Man who fell after quitting his job is eligible for workers’ comp
Can you receive workers’ compensation benefits for an injury that happened after you quit your job? In at least one case, the answer is yes. In a recent case decided by the Pennsylvania Commonwealth Court, a worker argued that he should obtain benefits for injuries that happened after he quit — and the court agreed.
The issue: In order to be eligible for workers’ compensation benefits, a worker must have been within the scope of employment at the time of the accident or injury. The question in this case was whether the worker was within the scope of employment when he had just quit.
According to an article in Business Insurance, the man was a driver who made deliveries for a health care firm. He had been on call over weekend, and asked his manager to reduce the number of stops when he came to work that morning. She refused, and he quit. The manager escorted him to a truck to get his belongings. As he walked with her after getting them, he tripped, fell and injured his left side.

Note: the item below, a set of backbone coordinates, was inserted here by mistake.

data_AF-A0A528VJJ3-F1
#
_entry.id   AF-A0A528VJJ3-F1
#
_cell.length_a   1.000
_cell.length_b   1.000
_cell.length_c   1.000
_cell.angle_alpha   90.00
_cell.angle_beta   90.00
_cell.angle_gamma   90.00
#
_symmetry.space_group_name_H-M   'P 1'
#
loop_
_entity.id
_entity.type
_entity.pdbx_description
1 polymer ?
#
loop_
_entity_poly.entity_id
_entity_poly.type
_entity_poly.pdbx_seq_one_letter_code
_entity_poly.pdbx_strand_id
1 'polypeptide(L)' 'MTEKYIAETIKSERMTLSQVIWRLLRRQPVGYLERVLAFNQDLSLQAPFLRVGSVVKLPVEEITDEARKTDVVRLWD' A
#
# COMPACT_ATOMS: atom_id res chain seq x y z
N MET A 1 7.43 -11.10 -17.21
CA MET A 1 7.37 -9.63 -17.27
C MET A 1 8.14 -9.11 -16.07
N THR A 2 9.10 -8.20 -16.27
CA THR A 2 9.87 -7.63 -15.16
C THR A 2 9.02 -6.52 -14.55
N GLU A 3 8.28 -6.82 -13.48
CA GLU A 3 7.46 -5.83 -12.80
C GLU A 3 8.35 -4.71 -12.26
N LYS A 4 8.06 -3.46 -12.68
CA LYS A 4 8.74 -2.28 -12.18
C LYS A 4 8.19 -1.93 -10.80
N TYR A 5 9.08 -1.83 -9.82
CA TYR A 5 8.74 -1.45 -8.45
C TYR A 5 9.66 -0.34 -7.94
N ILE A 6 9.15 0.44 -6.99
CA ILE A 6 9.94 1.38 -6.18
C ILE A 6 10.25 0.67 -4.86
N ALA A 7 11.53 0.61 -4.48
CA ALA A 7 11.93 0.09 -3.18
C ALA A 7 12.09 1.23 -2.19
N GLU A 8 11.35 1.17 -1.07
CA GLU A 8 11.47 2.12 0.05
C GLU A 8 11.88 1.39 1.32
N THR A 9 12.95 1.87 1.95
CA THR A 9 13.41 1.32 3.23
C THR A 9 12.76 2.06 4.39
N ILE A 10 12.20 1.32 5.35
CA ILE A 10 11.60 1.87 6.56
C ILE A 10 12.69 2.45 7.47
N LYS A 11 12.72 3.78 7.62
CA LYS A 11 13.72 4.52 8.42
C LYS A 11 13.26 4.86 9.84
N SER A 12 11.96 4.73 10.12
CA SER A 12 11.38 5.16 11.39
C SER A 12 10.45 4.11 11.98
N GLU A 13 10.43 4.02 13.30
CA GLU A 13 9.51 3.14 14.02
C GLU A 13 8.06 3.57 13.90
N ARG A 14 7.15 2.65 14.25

The worker initially called a couple days after the accident to request a physician referral. According to a news article, he was told that the company only provided physicians for active employees. In 2007, the worker filed a civil lawsuit to seek damages for his fall. The company then argued that the man was working at the time of his injury. Workers who are eligible for workers’ comp are generally unable to file civil lawsuits.
In response, the worker filed a workers’ comp claim. A workers’ compensation judge awarded benefits to the man, but the company appealed — twice. It argued that the injuries shouldn’t have been covered by workers’ compensation because the man quit his job before he fell. Finally, the matter came before the Pennsylvania Commonwealth Court.
The court recently ruled that the man is eligible for workers’ comp benefits. It said the employer used inconsistent arguments when it said that the man was not able to file a civil suit because workers’ compensation was the exclusive remedy, but that he should also not receive workers’ compensation because he had quit. The court’s ruling: termination will not prevent a worker from receiving benefits if the worker is under following the employer’s direction on the employer’s property.
- Our law firm represents injured workers in workers’ compensation matters in Philadelphia and other areas of Pennsylvania. To learn more about how we help truck drivers, see our page on workers’ comp and commercial drivers.